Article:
With the summer vacation season upon us, those of us fortunate enough to be able to afford it will be booking flights to destinations around the globe.
So a reminder: Make sure your passport is up to date.
Should be pretty simple to check, you would think: If your passport hasn’t expired, stands to reason you should be good to go, right?
Don’t get caught like a fool holding your luggage at the airline terminal and being told in no uncertain terms that even though your passport is in good standing, you can’t get on the plane because your passport must be valid for at least three months beyond your intended date of departure.
That’s right, folks. So says the U.S. Department of State.
And don’t expect your booking agency or your airline to warn you before you purchase your tickets.
How do I know? Because, fellow travelers, it happened to me. So a word to the wise so you don’t get stuck like I did.
Last month, I had a booking, through a third party agency, for a round-trip flight to Nice, France, last month. I would be leaving – with two friends – from Kennedy Airport in New York on a Wednesday night and returning to Kennedy on Sunday.
Or so I thought.
When I got to the airport, I tried to scan my passport – with its expiration date of June 21, 2014 – through the terminal’s kiosk computer but it wouldn’t take so an attendant referred me to the airline ticket counter.
There, an airline ticket agent examined my passport and promptly informed me I couldn’t board the plane because of “a new law” that mandated a minimum of a 90-day window for passport validity for designated countries.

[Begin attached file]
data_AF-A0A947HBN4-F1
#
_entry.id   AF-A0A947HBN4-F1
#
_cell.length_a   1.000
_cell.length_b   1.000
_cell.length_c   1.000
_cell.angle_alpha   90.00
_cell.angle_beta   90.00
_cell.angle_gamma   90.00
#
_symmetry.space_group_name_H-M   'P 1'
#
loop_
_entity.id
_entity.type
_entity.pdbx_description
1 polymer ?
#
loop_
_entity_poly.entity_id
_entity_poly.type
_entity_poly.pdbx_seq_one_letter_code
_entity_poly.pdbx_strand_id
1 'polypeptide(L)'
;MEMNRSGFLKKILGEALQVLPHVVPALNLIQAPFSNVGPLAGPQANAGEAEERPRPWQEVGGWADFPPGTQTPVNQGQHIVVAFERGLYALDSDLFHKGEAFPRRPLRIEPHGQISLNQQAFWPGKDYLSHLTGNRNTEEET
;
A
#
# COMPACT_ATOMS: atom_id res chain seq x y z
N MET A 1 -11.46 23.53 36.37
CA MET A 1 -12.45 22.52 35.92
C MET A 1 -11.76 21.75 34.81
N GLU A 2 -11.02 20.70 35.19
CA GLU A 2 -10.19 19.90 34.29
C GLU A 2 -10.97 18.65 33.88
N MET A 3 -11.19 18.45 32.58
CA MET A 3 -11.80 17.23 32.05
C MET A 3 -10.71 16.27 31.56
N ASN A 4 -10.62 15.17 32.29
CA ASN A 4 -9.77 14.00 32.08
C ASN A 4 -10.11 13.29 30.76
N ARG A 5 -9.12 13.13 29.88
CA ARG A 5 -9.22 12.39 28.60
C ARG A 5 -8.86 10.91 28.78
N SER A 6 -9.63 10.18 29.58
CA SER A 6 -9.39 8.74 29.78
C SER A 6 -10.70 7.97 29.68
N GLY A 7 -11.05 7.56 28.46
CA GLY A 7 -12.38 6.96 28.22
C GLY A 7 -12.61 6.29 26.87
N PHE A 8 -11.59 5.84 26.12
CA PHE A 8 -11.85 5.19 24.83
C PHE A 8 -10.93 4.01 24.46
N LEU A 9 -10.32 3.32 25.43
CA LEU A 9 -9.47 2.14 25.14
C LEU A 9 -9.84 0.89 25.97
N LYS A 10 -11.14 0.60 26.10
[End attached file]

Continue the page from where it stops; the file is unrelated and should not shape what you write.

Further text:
If the airline allowed me to board, the agent told me, not only would they get slapped with a “big fine,” but, more importantly to me, French authorities would probably refuse me entry to their country, even if I swore up and down that “Casablanca” is my favorite film – Vive la France!
The agency suggested that I may want to visit the American Embassy in Manhattan to see if, perhaps, they’d issue a waiver or expedite the renewal of my passport so that, perhaps, I could fly out in another day or two. I explained that option wouldn’t be practical since our trip would be so short to begin with.
Fortunately, my travel companions were adequately prepared so they could fly. I took a cab back to Jersey.
The airline wouldn’t give me a refund but they agreed to extend me credit for the value of the round-trip for up to a year from the date of the ticket’s purchase.
So what’s the point of having an expiration date to begin with? You got me.
Seems all this craziness dates from June 26, 2013, when the European Union published a regulation requiring “third country nationals entering the Schengen area [26 European countries, including France] … to hold a travel document valid for at least three months after the intended date of departure from the territory of the member states.” The new rule took effect July 19, 2013.
And, on its website, (as I later discovered), the U.S. Department of State reminds us that, “you may be refused boarding by the airline at your point of origin or while transferring planes, or you could be denied entry when you arrive in the Schengen area.”
That’s the official explanation but still a mystery is why the EU took the trouble to change the rules. One could speculate that it may be a post-9/11 phenomenon, having the purpose of controlling the movement of suspicious travelers through Europe but who knows?
Here are the countries that are part of the Schengen Borders Agreement: Austria, Belgium, Czech Republic, Denmark, Estonia, Finland, France, Germany, Greece, Hungary, Iceland, Italy, Latvia, Liechtenstein, Lithuania, Luxembourg, Malta, Netherlands, Norway, Poland, Portugal, Slovak Republic, Slovenia, Spain, Sweden and Switzerland.
So that’s it: my public service announcement is complete. Now you are warned so take heed and put the warning into practice.
And, bon voyage!
– Ron Leir